Nevertheless, there are plenty of reminders of the good ol’ days scattered around town…

For instance, on W. Wisconsin Avenue sits the Pabst Mansion.

Pabst Mansion

In 2015, Pabst returned to the city with a scaled-down version of itself, manufacturing only craft beers, like many of its competitors in the region.

Likewise, the Schlitz Brewery has been converted into an office park.

Schlitz Park

But a new generation of brewers is doubling down on craft beers, with special attention going to Lakefront Brewery for its laid-back vibe and its innovative spirit, which instilled brothers Russ and Jim Klisch to brew Doors County cherry beer and the nation’s first gluten-free beer.

Lakefront Brewery

Leah and I sat in the Beer Hall noshing on fish tacos and award-winning cheese curds while waiting for the brewery’s 4 pm tour.

keg lights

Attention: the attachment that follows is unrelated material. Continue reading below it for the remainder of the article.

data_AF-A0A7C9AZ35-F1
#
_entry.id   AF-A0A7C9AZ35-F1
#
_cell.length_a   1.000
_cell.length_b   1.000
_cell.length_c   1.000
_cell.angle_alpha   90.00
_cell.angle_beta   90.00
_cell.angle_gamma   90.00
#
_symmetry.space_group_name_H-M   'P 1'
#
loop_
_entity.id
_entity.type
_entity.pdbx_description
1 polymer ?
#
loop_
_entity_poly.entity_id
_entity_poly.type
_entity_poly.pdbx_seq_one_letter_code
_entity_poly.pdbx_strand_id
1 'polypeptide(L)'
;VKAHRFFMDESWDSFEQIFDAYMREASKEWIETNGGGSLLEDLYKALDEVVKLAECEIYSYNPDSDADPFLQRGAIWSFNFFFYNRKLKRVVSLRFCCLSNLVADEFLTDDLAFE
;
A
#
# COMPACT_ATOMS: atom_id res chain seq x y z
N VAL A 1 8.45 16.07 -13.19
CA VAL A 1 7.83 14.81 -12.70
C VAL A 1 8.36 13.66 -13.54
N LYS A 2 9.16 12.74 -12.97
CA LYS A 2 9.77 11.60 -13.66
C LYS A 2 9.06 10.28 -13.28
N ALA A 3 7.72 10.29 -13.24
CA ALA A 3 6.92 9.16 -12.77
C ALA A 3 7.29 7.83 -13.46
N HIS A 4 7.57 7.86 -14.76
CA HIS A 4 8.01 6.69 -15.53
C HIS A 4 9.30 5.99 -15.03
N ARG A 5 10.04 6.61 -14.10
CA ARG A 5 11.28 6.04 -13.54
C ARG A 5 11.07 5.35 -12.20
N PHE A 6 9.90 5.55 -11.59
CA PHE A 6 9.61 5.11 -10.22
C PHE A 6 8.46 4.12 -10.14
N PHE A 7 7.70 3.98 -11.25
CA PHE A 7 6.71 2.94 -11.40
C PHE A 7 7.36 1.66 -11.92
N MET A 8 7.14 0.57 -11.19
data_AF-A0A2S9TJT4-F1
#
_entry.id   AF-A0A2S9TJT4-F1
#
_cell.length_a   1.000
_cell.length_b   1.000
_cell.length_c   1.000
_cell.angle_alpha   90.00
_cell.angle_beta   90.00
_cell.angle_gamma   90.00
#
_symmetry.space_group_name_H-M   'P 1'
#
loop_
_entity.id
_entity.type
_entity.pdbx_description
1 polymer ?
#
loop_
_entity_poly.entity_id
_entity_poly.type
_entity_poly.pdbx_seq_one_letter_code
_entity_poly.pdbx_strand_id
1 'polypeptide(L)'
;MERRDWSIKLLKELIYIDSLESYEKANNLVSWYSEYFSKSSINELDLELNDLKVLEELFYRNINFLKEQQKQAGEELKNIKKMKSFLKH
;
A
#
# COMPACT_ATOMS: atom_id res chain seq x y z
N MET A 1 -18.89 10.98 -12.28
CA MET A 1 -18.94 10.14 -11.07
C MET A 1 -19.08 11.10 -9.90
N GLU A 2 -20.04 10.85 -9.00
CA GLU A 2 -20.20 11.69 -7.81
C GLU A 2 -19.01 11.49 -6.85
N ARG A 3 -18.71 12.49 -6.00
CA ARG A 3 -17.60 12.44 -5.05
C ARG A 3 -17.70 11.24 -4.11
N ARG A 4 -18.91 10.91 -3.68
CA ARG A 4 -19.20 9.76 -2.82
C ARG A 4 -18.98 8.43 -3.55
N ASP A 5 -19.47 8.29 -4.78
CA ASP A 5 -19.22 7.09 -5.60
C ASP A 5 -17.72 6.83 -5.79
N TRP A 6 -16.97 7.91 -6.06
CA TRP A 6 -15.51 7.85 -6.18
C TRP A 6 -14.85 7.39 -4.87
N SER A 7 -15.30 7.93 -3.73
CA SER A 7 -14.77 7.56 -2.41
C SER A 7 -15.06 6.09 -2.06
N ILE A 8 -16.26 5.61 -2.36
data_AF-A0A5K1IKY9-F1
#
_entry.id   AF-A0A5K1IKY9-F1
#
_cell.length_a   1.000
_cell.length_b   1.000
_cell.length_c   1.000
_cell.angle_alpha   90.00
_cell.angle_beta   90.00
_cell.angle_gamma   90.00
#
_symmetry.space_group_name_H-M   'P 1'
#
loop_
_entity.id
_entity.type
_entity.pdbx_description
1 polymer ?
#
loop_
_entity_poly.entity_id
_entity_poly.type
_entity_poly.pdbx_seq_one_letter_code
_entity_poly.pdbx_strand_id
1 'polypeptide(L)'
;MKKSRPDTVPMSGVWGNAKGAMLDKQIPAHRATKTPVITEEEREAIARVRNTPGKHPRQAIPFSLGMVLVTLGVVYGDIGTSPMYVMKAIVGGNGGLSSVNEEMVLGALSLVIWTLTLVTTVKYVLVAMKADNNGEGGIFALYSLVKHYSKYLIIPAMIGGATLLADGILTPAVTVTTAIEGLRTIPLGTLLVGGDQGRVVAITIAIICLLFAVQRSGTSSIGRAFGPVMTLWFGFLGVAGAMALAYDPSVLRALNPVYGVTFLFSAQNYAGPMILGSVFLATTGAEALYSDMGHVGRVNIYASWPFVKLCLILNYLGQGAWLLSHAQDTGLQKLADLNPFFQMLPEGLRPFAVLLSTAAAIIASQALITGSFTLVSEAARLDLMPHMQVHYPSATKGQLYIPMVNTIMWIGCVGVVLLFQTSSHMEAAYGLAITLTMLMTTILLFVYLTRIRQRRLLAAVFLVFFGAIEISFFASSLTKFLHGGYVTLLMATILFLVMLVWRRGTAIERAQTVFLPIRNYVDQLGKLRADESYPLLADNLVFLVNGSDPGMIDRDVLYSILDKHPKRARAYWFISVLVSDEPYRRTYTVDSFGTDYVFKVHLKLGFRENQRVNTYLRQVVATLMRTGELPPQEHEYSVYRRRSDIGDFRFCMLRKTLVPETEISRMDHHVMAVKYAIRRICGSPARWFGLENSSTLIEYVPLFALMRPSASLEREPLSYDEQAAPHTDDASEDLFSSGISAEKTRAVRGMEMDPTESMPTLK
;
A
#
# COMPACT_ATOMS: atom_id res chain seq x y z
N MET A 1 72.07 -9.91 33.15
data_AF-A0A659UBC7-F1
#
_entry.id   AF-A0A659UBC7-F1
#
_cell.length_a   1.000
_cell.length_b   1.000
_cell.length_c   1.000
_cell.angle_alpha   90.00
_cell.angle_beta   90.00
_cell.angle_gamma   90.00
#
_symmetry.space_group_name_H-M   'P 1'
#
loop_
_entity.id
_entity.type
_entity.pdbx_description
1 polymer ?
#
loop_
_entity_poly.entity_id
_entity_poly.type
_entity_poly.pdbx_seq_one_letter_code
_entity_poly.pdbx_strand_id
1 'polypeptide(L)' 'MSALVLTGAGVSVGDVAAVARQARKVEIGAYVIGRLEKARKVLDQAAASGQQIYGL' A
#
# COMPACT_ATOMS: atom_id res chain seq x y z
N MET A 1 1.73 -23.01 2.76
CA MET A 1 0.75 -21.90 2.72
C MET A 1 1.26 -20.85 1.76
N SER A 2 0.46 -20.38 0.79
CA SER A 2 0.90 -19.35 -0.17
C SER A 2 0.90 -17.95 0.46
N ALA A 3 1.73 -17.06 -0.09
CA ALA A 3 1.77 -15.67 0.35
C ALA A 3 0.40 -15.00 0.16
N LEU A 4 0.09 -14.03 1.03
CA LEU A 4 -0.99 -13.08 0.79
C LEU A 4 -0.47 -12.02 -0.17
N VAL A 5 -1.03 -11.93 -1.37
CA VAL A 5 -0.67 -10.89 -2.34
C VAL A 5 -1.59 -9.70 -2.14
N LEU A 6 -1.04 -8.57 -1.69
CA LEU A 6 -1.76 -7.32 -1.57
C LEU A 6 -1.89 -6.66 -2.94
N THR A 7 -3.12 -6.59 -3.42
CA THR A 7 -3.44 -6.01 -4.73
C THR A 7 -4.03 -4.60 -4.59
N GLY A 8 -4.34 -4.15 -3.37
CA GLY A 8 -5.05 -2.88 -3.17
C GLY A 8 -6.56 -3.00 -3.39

Eleven bucks buys an 8 oz. plastic cup and four wooden tokens good for four pours from start to finish of the humorous, 45-minute tour–very different from other tours I’ve taken (see Supreme Ruler of Beers and Eco-Beer), where beer sampling follows the tour as a time reward. 

fermentation tank.jpg

At the conclusion of the tour, we gathered around the bottle conveyor,

Lakefront bottling (2).jpg

and we sang…


Additionally, the plastic cup can be exchanged for a free beer glass at the gift shop.

beer glass

It was our good intention to attend Gallery Night directly after the beer tour…

Gallery Night

but drinking beer interfered with our plan, so it would have to wait until Gallery Day.

The following day we drove to the Historic Third Ward, and roamed through six floors of the Marshall Building inspecting a variety of syles and mediums of different artists.